N_OPAmp_N15 - Operational Amplifiers (Op Amp) (15) Please...

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Operational Amplifiers (Op Amp) (15) 1 Please also refer to: Electronic Devices and Circuit Theory By Robert L. Boylestad
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Operational Amplifiers (Op Amp) 2 Fig. 1 The Basic Op Amp INTRODUCTION An operational amplifier, or op-amp, is a very high gain differential amplifier with high input impedance and low output impedance. Typical uses of the operational amplifier are to provide voltage amplitude changes (amplitude and polarity), oscillators, filter circuits, and many types of instrumentation circuits. An op-amp contains a number of differential amplifier stages to achieve a very high voltage gain. The Figure here, shows a basic op-amp with two inputs and one output as would result using a differential amplifier input stage. Each input results in either the same or an opposite polarity (or phase) output, depending on whether the signal is applied to the plus (+) or the minus (-) input.
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Operational Amplifiers (Op Amp) 3 Figure 2 (a) on left & (b) on right: Single-ended operation Single-Ended Input Single-ended input operation results when the input signal is connected to one input with the other input connected to ground. Figure 2 shows the signals connected for this operation. In Fig. 2a, the input is applied to the plus input (with minus input at ground), which results in an output having the same polarity as the applied input signal. Figure 2b shows an input signal applied to the minus input, the output then being opposite in phase to the applied signal.
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Operational Amplifiers (Op Amp) 4 Figure 3 (a) on left & (b) on right: Double-ended (differential) operation. Double-Ended (Differential) Input In addition to using only one input, it is possible to apply signals at each input—this being a double-ended operation. Figure 3a shows an input, v d , applied between the two input terminals (recall that neither input is at ground), with the resulting amplified output in phase with that applied between the plus and minus inputs. Figure 3b shows the same action resulting when two separate signals are applied to the inputs, the difference signal being v i1 - v i2 .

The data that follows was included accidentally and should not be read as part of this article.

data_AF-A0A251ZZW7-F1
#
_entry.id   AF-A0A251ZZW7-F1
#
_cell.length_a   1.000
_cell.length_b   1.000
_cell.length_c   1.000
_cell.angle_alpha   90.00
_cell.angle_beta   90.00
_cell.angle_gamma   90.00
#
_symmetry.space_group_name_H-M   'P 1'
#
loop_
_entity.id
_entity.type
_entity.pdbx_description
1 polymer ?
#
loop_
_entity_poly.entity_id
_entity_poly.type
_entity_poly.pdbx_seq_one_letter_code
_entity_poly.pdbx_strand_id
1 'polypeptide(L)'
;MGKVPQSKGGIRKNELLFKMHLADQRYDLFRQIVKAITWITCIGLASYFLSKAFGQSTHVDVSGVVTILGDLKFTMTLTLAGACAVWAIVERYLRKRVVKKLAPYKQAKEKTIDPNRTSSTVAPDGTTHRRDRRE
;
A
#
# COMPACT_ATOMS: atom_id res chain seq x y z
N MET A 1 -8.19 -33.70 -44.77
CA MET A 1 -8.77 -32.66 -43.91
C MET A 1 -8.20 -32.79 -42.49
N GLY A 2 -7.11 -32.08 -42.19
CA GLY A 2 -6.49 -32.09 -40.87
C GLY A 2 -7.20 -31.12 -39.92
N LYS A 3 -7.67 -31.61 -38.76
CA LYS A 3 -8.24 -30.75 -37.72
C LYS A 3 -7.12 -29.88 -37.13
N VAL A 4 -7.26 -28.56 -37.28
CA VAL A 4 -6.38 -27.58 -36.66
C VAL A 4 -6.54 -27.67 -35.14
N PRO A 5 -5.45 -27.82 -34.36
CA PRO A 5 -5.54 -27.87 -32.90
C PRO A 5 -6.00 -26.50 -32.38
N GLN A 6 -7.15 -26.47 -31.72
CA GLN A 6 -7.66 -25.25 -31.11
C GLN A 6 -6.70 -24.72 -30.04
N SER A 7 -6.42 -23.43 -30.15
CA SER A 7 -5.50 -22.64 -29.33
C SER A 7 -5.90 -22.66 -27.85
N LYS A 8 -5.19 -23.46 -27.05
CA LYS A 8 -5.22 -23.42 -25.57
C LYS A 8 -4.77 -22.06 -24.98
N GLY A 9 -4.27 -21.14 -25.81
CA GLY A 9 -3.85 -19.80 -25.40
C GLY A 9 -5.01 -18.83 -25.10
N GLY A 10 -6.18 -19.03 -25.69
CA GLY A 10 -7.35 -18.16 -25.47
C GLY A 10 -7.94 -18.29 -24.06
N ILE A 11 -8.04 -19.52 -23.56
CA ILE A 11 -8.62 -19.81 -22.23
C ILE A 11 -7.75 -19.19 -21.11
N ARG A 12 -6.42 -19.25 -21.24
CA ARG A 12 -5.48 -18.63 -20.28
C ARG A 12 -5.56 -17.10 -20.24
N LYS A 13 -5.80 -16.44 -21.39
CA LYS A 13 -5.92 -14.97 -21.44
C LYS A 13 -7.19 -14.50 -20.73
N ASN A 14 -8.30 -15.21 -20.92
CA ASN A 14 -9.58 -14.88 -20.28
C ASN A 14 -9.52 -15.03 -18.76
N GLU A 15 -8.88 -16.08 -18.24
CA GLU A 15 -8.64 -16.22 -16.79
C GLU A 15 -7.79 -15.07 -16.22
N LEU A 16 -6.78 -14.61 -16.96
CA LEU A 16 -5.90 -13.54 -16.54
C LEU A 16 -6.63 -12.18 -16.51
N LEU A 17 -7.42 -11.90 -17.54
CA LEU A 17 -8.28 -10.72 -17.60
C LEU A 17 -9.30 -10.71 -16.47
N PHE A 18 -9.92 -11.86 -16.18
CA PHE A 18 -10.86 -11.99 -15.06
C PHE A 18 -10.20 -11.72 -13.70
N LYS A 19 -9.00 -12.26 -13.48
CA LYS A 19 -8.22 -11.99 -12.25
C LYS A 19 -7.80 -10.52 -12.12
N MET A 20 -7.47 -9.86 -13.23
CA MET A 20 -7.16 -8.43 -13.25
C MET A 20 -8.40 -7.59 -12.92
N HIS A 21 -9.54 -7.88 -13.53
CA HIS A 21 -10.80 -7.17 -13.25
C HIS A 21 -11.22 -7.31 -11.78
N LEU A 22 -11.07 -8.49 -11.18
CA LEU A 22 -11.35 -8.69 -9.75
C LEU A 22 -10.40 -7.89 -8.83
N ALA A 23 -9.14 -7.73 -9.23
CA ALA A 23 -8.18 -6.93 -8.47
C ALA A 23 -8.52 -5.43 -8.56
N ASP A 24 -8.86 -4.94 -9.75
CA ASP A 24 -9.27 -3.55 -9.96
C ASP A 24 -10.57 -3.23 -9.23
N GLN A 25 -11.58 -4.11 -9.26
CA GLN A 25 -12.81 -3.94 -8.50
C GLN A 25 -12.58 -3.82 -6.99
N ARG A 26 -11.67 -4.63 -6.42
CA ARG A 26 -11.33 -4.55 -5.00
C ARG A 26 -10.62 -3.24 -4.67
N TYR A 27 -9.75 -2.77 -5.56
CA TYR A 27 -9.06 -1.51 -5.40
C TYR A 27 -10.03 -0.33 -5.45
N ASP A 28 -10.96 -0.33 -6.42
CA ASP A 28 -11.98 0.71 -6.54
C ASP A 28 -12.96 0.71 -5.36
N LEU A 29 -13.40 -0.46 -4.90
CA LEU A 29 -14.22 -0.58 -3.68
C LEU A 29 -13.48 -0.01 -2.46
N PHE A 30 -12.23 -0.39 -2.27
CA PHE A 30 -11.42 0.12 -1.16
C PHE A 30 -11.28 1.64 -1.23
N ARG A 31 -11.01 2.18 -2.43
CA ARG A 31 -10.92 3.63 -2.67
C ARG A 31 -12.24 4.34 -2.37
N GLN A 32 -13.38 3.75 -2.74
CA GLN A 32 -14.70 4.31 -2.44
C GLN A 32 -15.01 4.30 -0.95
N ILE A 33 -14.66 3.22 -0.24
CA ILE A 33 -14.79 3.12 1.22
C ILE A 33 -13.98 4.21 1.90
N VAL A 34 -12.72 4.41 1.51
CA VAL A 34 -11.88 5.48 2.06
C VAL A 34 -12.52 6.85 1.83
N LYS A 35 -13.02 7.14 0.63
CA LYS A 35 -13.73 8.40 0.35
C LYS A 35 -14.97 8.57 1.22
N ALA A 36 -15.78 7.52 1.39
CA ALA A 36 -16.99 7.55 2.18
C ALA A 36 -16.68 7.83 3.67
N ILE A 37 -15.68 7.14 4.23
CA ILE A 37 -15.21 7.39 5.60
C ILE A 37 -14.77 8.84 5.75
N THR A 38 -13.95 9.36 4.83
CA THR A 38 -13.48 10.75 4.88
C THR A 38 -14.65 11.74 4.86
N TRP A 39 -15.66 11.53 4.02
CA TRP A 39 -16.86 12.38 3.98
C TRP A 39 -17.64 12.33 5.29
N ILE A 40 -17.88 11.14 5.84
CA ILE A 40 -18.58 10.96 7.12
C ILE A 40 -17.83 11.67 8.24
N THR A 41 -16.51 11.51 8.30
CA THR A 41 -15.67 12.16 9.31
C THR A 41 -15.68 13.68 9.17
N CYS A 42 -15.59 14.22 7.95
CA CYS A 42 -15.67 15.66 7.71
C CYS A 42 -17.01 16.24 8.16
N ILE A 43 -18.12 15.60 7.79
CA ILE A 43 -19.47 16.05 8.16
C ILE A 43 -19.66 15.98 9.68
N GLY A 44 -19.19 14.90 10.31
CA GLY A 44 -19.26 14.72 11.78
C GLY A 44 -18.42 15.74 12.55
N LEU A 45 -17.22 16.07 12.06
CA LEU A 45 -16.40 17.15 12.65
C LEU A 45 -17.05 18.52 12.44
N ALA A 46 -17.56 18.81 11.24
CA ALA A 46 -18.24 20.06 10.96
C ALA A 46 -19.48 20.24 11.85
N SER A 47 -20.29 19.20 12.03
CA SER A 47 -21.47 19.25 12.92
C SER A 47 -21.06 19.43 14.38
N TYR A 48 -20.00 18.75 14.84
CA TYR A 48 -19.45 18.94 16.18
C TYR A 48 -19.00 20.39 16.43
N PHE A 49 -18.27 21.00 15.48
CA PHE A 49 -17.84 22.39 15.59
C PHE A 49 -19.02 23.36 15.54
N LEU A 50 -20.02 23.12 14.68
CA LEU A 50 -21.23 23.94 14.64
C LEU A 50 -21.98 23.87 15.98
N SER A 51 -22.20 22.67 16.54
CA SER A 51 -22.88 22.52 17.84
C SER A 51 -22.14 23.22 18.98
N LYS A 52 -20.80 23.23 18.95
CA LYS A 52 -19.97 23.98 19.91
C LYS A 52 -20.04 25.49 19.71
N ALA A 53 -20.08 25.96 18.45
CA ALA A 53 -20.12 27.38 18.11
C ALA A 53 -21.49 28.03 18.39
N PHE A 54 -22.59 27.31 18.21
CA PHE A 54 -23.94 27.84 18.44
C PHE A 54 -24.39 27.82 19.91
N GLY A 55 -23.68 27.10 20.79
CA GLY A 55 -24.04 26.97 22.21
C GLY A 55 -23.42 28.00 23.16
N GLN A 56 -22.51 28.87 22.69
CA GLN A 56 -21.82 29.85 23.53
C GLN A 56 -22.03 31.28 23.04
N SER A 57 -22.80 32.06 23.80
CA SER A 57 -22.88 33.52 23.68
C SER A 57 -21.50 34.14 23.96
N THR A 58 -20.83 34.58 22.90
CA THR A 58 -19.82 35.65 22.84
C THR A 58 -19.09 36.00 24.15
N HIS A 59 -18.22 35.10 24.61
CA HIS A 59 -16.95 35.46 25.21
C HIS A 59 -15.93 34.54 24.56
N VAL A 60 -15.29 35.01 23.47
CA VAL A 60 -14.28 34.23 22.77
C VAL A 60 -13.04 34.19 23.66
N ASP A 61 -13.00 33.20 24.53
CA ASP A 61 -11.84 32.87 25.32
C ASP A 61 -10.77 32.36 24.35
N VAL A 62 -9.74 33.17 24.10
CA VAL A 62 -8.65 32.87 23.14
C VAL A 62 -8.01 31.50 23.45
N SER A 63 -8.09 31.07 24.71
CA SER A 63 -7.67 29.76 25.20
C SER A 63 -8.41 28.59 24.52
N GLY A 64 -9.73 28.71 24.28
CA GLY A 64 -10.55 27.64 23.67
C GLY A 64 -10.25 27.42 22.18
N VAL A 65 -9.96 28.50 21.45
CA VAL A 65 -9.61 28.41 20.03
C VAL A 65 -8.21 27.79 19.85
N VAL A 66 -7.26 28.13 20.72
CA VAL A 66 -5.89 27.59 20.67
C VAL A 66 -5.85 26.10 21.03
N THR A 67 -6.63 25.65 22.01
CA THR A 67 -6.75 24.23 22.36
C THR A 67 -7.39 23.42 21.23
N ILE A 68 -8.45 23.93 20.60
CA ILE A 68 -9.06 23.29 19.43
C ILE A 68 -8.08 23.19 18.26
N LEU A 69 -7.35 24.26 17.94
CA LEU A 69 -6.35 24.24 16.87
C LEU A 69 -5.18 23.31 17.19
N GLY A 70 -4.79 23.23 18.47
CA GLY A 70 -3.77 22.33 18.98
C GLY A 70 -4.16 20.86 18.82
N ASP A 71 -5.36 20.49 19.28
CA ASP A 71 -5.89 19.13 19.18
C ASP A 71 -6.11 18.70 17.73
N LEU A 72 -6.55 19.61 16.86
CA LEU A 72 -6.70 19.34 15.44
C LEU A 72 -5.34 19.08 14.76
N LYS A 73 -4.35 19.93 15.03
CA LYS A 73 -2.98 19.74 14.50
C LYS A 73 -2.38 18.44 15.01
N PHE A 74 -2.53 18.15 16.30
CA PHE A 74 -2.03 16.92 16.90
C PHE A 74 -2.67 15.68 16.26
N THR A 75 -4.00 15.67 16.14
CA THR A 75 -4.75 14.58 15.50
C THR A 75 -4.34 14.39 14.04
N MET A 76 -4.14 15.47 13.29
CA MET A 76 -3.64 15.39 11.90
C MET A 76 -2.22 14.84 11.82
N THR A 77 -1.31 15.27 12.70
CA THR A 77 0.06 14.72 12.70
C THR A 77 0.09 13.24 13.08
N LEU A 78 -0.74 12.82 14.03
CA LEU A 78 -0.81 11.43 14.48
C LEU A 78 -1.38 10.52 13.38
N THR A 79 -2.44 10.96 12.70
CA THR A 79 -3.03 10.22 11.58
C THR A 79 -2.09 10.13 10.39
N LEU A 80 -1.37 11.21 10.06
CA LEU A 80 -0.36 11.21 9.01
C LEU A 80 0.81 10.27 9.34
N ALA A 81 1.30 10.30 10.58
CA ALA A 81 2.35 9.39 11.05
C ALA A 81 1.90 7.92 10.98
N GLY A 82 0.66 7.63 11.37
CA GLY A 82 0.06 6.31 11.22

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Operational Amplifiers (Op Amp) 5 Figure 14.8 Common-mode operation . Common-Mode Operation When the same input signals are applied to both inputs, common-mode operation results, as shown in Fig. 14.8. Ideally, the two inputs are equally amplified, and since they result in opposite polarity signals at the output, these signals cancel, resulting in 0-V output. Practically, a small output signal will result.
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Operational Amplifiers (Op Amp) 6 Figure 14.8 Common-mode operation . Common-Mode Rejection A significant feature of a differential connection is that the signals which are opposite at the inputs are highly amplified, while those which are common to the two inputs are only slightly amplified—the overall operation being to amplify the difference signal while rejecting the common signal at the two inputs. Since noise (any unwanted input signal) is generally common to both inputs, the differential connection tends to provide attenuation of this
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N_OPAmp_N15 - Operational Amplifiers (Op Amp) (15) Please...

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